- September 6, 2017
- Posted by: admin
- Category: Daily News
- The city state will face a double whammy: a shrinking workforce and slower progress than Asian neighbours in getting more people into the labour market
- According to a new study by Oxford Economics, Singapore’s labour supply – after accounting for changes to the participation rate – will shrink by 1.7% in the 10 years through 2026 and by 2.5% in the decade after that.
- Almost all Asian nations will face demographic challenges over the next two decades, and efforts to boost labour participation rates – for example, by drawing more women into the workforce and raising the retirement age – will only marginally limit the negative impact.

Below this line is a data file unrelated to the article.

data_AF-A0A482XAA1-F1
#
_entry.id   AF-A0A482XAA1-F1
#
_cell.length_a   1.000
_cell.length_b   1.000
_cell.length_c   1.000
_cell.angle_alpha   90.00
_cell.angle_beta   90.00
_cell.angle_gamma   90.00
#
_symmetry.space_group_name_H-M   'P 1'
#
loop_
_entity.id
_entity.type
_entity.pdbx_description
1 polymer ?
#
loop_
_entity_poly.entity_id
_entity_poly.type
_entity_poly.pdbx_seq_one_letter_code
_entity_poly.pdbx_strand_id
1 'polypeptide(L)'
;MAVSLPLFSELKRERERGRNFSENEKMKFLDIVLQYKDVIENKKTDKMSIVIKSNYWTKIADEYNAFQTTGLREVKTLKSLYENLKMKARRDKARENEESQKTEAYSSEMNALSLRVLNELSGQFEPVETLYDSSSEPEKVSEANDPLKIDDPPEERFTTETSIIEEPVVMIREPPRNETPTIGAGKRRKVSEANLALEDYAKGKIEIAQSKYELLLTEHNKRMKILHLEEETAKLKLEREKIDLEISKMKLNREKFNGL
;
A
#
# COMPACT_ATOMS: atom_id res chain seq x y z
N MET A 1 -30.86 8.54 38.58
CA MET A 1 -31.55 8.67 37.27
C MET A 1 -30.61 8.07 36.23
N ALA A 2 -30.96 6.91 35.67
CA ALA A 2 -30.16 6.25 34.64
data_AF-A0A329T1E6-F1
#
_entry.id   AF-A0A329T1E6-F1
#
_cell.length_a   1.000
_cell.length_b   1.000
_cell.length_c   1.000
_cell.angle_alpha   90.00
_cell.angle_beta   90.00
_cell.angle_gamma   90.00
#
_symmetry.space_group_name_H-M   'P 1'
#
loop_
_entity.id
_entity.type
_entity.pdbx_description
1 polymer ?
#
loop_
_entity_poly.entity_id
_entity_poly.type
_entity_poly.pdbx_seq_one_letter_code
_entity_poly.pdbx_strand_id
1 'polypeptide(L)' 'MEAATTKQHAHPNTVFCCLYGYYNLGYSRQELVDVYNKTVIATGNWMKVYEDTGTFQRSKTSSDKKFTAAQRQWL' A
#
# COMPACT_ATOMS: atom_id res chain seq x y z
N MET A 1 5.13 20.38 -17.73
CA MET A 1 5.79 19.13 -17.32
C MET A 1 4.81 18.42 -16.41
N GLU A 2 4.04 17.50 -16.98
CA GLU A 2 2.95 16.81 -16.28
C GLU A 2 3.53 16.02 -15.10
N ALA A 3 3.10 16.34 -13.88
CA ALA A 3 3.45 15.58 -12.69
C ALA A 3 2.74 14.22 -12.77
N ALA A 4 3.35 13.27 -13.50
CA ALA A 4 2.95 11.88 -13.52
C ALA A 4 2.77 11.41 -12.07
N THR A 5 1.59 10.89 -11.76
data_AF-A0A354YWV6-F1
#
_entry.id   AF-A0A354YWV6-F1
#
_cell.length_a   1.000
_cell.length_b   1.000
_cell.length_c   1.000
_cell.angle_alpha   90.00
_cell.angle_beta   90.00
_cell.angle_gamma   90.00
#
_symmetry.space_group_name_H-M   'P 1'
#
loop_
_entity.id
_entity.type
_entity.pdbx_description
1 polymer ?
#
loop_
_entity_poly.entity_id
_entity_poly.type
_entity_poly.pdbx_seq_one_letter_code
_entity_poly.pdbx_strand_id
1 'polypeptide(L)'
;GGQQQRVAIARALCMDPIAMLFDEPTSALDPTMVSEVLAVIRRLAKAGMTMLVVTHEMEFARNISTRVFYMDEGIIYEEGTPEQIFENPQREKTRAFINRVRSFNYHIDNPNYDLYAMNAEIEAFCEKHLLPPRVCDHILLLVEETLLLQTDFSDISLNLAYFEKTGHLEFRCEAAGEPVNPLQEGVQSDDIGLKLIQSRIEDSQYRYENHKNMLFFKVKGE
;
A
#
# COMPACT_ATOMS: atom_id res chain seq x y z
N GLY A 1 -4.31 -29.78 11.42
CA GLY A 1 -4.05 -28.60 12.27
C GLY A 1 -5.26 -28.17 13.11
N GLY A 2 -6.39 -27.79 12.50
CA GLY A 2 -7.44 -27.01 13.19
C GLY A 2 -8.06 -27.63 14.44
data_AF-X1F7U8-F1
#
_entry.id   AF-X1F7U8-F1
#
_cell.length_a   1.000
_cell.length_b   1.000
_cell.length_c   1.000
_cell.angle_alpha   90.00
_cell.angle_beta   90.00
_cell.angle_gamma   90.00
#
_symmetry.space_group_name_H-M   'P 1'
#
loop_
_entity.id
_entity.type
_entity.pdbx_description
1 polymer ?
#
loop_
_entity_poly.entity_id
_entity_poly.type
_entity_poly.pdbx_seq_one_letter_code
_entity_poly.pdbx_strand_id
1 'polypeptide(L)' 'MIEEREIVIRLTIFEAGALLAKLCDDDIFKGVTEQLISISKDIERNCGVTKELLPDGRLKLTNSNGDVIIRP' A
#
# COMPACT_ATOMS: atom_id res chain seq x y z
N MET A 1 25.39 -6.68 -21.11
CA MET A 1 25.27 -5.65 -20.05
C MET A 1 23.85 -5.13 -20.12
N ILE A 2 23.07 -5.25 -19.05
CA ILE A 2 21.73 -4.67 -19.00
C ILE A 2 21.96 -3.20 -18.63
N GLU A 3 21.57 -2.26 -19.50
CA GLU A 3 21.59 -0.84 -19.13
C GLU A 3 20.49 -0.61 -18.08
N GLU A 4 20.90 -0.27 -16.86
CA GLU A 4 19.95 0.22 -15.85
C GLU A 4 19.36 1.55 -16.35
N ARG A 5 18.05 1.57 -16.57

- In Singapore, immigration restrictions can partly explain an expected drop in working age population growth from 2027, even as Louis Kuijs, the Hong Kong-based head of Asia economics at Oxford, credits foreign labour inflows for helping boost that pool over the last decade.
- The grim rule of thumb for the region: A 1% decline in labour supply in any of these areas would shave off a 0.5% to 0.66% in GDP growth.
External Link : https://www.oxfordeconomics.com/my-oxford/publications/389117